Discussing the Royals, Hate Speech and Free Speech on the BBC London Drive Time Show with Eddie Nestor

People in power like to hide behind national symbols (such as a flag or a monarch) as a way of deflecting criticism.

This blog is useful for many things: a jotter where I can experiment with half formed ideas; an outlet to vent my frustration at some form of shoddy public thinking; to impart advice or recommendations; or simply a place to marvel at the wonderful things that humanity or nature has created.

Today, however, it serves the useful purpose of providing l’espirit d’escalier—an opportunity to add to a conversation, after it has concluded!

The new Labour MP for Kensington & Chelsea is Emma Dent Coad, and she has caused controversy at the Labour Party conference by being rude about the royal family. Some of the things she said about Prince Harry have turned out to be false, but she also made some pertinent points about how they spend taxpayers money. This has prompted a conversation about the limits of civil and respectable speech, and echoes some of the discussion in the USA right now, about whether athletes who #TakeAKnee during the national anthem are showing this respect, and if so, to whom.

All this is ripe for discussion on a call-in radio show. Eddie Nestor was leading the debate on his BBC drive time show yesterday, and I went on air to make an uncompromising case for free speech. You can listen to the entire show again on the BBC iPlayer, either on the web or on the app, for the next thirty days. You can also listen to my contribution on SoundCloud, or via the player below. Continue reading “Discussing the Royals, Hate Speech and Free Speech on the BBC London Drive Time Show with Eddie Nestor”

Why not do an extra leaders’ debate via #Meerkat?

Perhaps the Labour Party and the Liberal Democrats could stage an online debate?

There’s a new app in town, called Meerkat.  It allows you to stream live video direct from your mobile phone or tablet, with the link appearing in your Twitter stream.

Dan Pfeiffer, a former senior advisor to Barack Obama, writes:

If 2004 was about Meetup, 2008 was about Facebook, and 2012 was about Twitter, 2016 is going to be about Meerkat (or something just like it).

(He is of course talking about US politics).  I wonder whether that’s true though: I fancy there may be a premium on asynchronicity—sending messages to people to read when they have time, rather than in the moment.  How much value is there in This Is Happening Literally Right Now over the Twitter news model of This Just Happened? Meerkat does not seem to have any catch-up functionality—if you click on a  link to a stream that has ended, there’s no way to view it back.  Other services like Ustream and Google Hangouts do offer that functionality and I bet the Meerkat devs are beavering away (or whatever it is a meerkat does) to get this feature into the app. Continue reading “Why not do an extra leaders’ debate via #Meerkat?”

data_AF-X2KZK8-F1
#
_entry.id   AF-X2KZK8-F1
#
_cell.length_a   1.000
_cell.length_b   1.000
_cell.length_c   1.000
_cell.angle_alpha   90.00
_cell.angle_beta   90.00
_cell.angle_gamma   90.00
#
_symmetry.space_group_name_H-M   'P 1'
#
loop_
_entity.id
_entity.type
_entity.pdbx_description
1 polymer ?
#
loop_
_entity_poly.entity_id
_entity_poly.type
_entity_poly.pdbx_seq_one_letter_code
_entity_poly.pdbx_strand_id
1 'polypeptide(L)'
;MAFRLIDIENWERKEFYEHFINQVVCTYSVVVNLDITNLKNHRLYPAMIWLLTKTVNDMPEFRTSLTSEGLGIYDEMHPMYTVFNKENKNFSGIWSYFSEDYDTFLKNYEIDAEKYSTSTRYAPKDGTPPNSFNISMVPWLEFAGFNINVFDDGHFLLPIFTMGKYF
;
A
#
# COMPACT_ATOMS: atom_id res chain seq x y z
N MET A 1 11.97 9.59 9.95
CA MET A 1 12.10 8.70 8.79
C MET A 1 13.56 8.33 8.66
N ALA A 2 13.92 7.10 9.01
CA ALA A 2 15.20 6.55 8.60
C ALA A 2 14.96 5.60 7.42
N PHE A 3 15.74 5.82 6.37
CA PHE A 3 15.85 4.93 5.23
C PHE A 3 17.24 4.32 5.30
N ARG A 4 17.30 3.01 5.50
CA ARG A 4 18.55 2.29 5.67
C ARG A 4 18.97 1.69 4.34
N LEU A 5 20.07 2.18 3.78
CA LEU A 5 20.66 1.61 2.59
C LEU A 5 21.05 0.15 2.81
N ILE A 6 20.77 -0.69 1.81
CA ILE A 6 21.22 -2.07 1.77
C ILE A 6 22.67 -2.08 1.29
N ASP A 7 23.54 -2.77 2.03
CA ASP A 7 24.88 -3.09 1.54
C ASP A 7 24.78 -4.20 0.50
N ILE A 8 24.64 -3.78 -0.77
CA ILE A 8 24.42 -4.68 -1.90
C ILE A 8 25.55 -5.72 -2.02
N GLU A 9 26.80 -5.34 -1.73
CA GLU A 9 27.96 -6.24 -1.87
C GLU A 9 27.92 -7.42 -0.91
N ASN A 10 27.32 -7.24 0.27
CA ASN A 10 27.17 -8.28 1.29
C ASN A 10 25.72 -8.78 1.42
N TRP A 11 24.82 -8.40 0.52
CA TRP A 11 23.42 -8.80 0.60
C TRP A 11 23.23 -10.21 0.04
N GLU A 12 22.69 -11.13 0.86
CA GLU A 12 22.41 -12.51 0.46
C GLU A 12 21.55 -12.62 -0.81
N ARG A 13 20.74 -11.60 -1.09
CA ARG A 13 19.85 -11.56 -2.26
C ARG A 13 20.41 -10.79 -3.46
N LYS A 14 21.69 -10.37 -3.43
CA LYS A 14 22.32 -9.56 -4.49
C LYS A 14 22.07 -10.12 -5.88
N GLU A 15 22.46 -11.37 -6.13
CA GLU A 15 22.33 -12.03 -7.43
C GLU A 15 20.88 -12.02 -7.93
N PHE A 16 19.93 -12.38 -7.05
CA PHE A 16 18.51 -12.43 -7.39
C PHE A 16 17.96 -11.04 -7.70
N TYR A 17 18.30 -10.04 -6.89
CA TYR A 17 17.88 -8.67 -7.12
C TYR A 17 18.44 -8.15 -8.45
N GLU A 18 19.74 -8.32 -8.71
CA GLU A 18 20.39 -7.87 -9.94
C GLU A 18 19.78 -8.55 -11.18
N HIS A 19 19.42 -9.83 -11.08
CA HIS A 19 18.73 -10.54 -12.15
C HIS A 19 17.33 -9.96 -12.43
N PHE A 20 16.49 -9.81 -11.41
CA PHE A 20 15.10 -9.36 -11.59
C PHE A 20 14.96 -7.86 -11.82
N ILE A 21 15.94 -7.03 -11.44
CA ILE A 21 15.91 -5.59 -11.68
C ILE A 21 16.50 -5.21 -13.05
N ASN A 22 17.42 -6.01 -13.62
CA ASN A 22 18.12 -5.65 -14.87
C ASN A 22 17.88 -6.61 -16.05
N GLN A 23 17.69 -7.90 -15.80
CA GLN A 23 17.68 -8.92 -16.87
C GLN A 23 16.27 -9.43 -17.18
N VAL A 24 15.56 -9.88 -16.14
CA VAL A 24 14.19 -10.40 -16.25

Free Speech, Offence, and Maajid Nawaz

Maajid Nawaz, the author of Radical and the Liberal Democrat Prospective Parliamentary Candidate for Hampstead and Kilburn, has been at the centre of a controversy this week, after he tweeted a image from the satirical Jesus and Mo cartoon series.  Maajid had been a guest on the BBC’s The Big Questions debate show, where the illustration had been discussed.  He made the point that as a liberal Muslim, he found nothing offensive about the cartoon.

Cue an angry social media backlash.  Many people tweeted their condemnations and threats over what they perceived as a blasphemy.
Continue reading “Free Speech, Offence, and Maajid Nawaz”

Are Human Rights a vote winner?

When a politician speaks out in defence of human rights, the public need to show their approval of such statements and publicise them widely.

Writing in the New Statesman, Labour Shadow Justice Secretary Sadiq Khan brazenly declares that the Liberal Democrat’s record in Government has left Labour as the party of civil liberties. This has kicked off predictable outrage from Lib Dem activists and in the comments, with most people citing the poor record of the last Labour government.

Despite the Blair Government’s terrible approach to civil liberties and counter-terrorism, its wrong to call Khan a hypocrite. For starters, he was one of the Labour rebels who voted against Tony Blair’s 90-day detention policy, back in 2005. More recently, he has admitted the party’s mistakes on human rights and civil liberties. Part of his Charter 88 anniversary lecture was a scathing critique of the last Labour Government’s approach:

And I hold up my hands and admit that we did, on occasions, get the balance wrong. On 42 and 90 days, and on ID cards, where the balance was too far away from the rights of citizens… On top of this, we grew less and less comfortable with the constitutional reforms we ourselves had legislated for. On occasions checked by the very constitutional reforms we had brought in to protect people’s rights from being trampled on. But we saw the reforms as an inconvenience, forgetting that their very awkwardness is by design. A check and balance when our policies were deemed to infringe on citizens’ rights.

If an opposition spokesperson says this, I think they ward off the charge of hypocrisy when they subsequently criticise the civil liberties failings of the Governing coalition. We want political parties to admit their mistakes and reverse their policies, don’t we? Whether the voters believe Labour or not is another matter, but I think the fact that the spokesman is someone who was a Government rebel on 90 days, and who has been a target of surveillance himself, make Labour’s position that little bit more credible. Yvette Cooper, the Shadow Home Secretary, included similar nostra culpas in her Demos speech on security and surveillance.

Continue reading “Are Human Rights a vote winner?”

What the hell just happened with the Defamation Bill?

The Libel Reform Campaign will shortly issue a statement and analysis of the Bill as a whole. But I thought I would make notes on this particular bit of procedure, and how it can be spun to mean different things, depending on your point of view.

There’s a little bit of confusion over what happened during the Defamation Bill debate in the House of Lords yesterday afternoon, and today in the House of Commons. This is understandable, as the ‘ping-pong’ process is confusing, with ‘motions to agree amendments’… and amendments to those amendments.